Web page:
Book Review Thursday: A Land More Kind Than Home

ALandMoreKindThis was author Wiley Cash’s debut novel set in a small North Carolina town in the 1980’s.  The story centers around a family – a young boy with an autistic brother they call “Stump”, his mother who attends a church which practices, among other things, snake handling, and a father who loves his family but has been estranged from his own father for several years.

Jess Hall is the younger of the two boys and he and Stump are inseparable, Jess being protective of his older brother who has never spoken a word in his life.  His mother Julie attends the church led by Carson Chambliss, a shady sort of fellow for someone who claims to be a minister.  The church windows are covered to conceal the activities inside and Jess’ dad Ben wants nothing to do with the church.  Ben isn’t the only one in town disapproving of the church and its minister – Miss Adelaide Lyle takes it upon herself to shield the children from the goings on of the church, conducting her own classes for them while the adults worship in secrecy.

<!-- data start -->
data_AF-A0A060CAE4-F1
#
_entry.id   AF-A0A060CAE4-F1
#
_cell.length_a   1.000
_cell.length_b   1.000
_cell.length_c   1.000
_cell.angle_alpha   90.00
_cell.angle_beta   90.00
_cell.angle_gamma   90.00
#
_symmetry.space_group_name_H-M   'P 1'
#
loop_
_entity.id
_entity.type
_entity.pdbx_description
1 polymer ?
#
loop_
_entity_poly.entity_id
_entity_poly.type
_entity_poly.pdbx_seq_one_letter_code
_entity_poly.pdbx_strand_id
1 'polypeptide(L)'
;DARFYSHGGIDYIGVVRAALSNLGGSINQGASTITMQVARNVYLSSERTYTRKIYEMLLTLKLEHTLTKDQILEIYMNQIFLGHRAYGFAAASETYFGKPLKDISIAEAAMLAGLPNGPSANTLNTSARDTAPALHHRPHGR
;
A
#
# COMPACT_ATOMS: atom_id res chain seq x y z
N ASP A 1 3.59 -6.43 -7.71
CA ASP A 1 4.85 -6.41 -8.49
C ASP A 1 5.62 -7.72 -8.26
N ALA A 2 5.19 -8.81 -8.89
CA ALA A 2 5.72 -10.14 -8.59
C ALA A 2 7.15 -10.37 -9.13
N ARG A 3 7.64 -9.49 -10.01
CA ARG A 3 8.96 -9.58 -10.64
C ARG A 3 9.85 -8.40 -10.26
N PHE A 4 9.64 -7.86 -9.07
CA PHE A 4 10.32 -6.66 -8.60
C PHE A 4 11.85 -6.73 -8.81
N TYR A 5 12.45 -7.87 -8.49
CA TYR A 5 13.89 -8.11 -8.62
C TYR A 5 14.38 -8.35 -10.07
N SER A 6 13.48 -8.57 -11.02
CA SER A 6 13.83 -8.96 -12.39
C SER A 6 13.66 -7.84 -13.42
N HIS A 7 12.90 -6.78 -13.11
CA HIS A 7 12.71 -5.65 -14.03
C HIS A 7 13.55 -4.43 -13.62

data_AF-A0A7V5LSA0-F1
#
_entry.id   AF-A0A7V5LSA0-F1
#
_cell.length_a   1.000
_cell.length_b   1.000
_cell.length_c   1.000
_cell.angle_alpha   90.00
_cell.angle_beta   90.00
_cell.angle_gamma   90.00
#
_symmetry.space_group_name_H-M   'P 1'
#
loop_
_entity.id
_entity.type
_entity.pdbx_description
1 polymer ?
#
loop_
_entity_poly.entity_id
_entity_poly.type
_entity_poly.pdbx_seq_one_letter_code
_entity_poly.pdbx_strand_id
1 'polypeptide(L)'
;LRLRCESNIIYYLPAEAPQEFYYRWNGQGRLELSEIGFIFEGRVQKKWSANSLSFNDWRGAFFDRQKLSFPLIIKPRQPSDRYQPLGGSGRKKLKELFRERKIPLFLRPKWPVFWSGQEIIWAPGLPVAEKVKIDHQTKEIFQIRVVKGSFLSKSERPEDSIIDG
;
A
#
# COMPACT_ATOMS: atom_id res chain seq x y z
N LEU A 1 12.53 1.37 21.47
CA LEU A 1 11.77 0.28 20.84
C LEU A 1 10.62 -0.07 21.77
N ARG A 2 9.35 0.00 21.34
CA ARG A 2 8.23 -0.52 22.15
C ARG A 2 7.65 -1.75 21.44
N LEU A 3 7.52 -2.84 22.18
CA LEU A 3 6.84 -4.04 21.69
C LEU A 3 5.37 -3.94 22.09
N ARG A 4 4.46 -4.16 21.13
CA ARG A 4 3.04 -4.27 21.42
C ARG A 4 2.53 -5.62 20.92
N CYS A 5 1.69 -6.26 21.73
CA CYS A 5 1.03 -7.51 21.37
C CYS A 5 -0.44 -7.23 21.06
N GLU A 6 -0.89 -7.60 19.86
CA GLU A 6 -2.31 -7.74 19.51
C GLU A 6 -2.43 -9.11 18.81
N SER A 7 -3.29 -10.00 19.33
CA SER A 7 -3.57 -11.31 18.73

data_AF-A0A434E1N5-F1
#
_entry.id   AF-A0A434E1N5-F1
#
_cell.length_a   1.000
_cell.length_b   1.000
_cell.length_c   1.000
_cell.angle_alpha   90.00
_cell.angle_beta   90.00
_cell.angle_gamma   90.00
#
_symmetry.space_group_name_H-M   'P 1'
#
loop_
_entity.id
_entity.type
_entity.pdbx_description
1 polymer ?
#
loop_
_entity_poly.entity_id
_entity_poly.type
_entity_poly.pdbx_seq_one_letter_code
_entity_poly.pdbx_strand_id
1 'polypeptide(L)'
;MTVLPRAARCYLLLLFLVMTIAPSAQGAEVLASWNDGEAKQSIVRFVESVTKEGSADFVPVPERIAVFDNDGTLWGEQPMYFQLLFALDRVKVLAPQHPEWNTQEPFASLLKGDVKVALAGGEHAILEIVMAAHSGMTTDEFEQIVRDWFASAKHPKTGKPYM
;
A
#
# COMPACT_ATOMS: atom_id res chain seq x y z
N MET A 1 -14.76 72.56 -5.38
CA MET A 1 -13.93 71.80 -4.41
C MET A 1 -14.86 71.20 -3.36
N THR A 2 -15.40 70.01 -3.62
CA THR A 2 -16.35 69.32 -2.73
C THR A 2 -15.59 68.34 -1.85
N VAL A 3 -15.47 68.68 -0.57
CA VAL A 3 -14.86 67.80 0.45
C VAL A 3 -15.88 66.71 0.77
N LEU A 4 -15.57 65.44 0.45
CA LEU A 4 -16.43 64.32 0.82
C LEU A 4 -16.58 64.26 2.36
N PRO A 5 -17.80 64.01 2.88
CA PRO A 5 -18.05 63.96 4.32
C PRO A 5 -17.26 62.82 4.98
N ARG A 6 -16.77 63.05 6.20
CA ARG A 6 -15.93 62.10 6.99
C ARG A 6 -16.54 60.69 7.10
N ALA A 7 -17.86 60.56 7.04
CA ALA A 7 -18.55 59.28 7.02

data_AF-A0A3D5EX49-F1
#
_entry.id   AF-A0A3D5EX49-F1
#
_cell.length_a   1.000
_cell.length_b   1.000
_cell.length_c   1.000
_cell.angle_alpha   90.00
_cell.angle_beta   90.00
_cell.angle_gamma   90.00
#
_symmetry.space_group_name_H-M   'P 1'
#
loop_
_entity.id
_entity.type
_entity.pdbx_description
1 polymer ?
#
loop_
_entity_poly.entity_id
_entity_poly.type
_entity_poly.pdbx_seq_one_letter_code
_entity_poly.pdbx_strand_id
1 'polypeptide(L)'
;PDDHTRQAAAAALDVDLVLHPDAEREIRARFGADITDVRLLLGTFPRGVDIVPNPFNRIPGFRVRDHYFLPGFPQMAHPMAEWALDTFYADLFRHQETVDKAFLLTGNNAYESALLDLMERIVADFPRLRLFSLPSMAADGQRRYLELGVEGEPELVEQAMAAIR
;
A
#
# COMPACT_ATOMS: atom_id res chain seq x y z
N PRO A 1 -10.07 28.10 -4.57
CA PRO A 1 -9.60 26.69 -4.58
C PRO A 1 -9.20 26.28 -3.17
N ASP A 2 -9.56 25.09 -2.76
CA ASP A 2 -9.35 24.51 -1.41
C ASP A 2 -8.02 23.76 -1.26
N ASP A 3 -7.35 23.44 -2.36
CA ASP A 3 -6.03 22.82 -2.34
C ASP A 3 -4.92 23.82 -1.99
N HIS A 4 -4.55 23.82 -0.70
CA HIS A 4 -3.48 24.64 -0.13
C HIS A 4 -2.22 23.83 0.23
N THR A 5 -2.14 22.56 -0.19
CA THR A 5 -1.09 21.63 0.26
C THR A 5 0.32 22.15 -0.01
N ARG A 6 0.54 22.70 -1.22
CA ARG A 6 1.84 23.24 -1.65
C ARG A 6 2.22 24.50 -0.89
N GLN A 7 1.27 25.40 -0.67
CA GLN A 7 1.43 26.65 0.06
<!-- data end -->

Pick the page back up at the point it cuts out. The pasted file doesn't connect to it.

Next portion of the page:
Curiosity, however, gets the best of Jess and his friend Joe Bill one day when they venture out to take a peek through an uncovered back window of the church.  What they see is frightening to young Jess and eventually it leads to a tragic death, all of which is investigated by the local sheriff and concealed by the congregants and minister.

Other reviews of the book cite references to other works of Southern fiction, such as To Kill A Mockingbird.  It’s definitely that kind of book with the story revolving around nine-year old Jess Hall.  The story alternates between the use of three narrators – Miss Adelaide Lyle, Jess Hall and the sheriff.  The strongest elements involve faith, marriage (and infidelity), and family secrets – all of which combine for a compelling story told in a way some have called “lyrical”.

It’s definitely a great first effort by Wiley Cash and I look forward to reading more from him.  I’ll have a review soon of his second book, This Dark Road to Mercy.

Rating:  ★★★★★

Everyone have a great day — someday it will be history!

© Sharon Hall (History Depot), 2014.

Have a GREAT day . . . someday it will be HISTORY!

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© Sharon Hall (Digging History), 2014.

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  1. Book Review Thursday: This Dark Road to Mercy | Diggin' History - […] title, I wondered if it might have been written in a similar vein as his first (excellent) book, A…

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